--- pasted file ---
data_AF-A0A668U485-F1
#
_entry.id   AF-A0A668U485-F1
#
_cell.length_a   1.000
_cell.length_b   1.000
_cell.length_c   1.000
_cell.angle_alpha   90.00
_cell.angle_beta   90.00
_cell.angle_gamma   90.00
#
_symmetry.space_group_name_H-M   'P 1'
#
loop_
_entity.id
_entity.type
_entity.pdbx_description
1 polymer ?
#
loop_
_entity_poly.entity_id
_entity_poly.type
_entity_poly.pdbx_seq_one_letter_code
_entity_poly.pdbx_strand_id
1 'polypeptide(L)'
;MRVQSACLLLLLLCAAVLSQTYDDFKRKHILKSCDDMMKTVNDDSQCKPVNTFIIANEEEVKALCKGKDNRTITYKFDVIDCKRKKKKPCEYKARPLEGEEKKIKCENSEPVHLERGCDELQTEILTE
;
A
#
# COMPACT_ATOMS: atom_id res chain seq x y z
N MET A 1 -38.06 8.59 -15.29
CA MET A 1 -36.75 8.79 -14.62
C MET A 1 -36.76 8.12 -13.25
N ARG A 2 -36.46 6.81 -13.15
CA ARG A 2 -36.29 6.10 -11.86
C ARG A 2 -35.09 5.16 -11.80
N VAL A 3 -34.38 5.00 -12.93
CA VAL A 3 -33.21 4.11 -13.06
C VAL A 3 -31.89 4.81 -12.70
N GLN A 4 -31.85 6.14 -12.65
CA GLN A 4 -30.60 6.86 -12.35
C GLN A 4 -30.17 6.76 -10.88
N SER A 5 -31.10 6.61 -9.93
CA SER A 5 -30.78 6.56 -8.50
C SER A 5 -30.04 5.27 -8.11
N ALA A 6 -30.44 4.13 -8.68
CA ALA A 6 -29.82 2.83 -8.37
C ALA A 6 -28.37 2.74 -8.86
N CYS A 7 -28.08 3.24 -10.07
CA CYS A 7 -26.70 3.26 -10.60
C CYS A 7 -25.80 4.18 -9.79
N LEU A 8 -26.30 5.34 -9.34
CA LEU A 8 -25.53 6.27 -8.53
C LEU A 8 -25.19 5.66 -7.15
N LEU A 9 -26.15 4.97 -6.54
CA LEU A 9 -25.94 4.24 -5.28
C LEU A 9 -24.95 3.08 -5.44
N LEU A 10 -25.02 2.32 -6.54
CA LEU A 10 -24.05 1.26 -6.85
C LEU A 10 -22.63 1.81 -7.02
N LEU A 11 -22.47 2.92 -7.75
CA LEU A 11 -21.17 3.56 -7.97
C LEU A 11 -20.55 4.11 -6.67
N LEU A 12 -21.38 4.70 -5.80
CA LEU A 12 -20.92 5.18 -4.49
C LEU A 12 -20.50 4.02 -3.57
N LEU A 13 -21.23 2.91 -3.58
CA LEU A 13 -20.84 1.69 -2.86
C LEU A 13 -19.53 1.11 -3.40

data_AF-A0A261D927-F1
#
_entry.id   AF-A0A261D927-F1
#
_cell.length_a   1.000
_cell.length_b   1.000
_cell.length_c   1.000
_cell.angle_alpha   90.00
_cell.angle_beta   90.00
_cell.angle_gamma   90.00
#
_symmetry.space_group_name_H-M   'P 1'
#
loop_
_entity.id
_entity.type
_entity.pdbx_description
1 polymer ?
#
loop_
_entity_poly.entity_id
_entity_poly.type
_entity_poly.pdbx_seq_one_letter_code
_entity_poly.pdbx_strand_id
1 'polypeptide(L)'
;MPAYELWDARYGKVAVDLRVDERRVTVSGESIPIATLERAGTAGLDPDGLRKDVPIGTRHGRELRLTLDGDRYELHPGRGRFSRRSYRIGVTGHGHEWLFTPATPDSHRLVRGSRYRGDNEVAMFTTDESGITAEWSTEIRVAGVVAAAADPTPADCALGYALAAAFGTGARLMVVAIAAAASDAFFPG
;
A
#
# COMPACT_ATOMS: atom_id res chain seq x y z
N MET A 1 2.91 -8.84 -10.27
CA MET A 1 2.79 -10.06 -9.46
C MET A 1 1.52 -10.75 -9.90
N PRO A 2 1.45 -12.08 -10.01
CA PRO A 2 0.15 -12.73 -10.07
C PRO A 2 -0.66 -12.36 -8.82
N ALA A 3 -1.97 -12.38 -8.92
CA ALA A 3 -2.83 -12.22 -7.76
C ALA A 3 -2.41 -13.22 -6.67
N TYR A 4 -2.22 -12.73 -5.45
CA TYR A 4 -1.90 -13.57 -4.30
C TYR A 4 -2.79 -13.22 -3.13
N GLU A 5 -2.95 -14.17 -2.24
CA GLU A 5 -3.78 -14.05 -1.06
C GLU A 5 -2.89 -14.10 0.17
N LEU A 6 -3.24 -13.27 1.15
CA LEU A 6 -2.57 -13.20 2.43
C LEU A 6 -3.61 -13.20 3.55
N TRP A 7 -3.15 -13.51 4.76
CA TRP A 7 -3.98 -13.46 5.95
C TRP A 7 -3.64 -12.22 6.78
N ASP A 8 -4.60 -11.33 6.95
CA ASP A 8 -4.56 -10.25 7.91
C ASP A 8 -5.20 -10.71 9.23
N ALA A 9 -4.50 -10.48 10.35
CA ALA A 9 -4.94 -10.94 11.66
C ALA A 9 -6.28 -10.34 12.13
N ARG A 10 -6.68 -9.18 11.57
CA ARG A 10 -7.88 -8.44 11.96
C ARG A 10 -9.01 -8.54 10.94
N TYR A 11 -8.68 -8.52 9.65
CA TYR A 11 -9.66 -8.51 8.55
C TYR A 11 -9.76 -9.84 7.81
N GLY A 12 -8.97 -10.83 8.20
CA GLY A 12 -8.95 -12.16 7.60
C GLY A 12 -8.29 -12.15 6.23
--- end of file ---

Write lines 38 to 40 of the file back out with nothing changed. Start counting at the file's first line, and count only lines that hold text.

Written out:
CA VAL A 3 -33.21 4.11 -13.06
C VAL A 3 -31.89 4.81 -12.70
N GLN A 4 -31.85 6.14 -12.65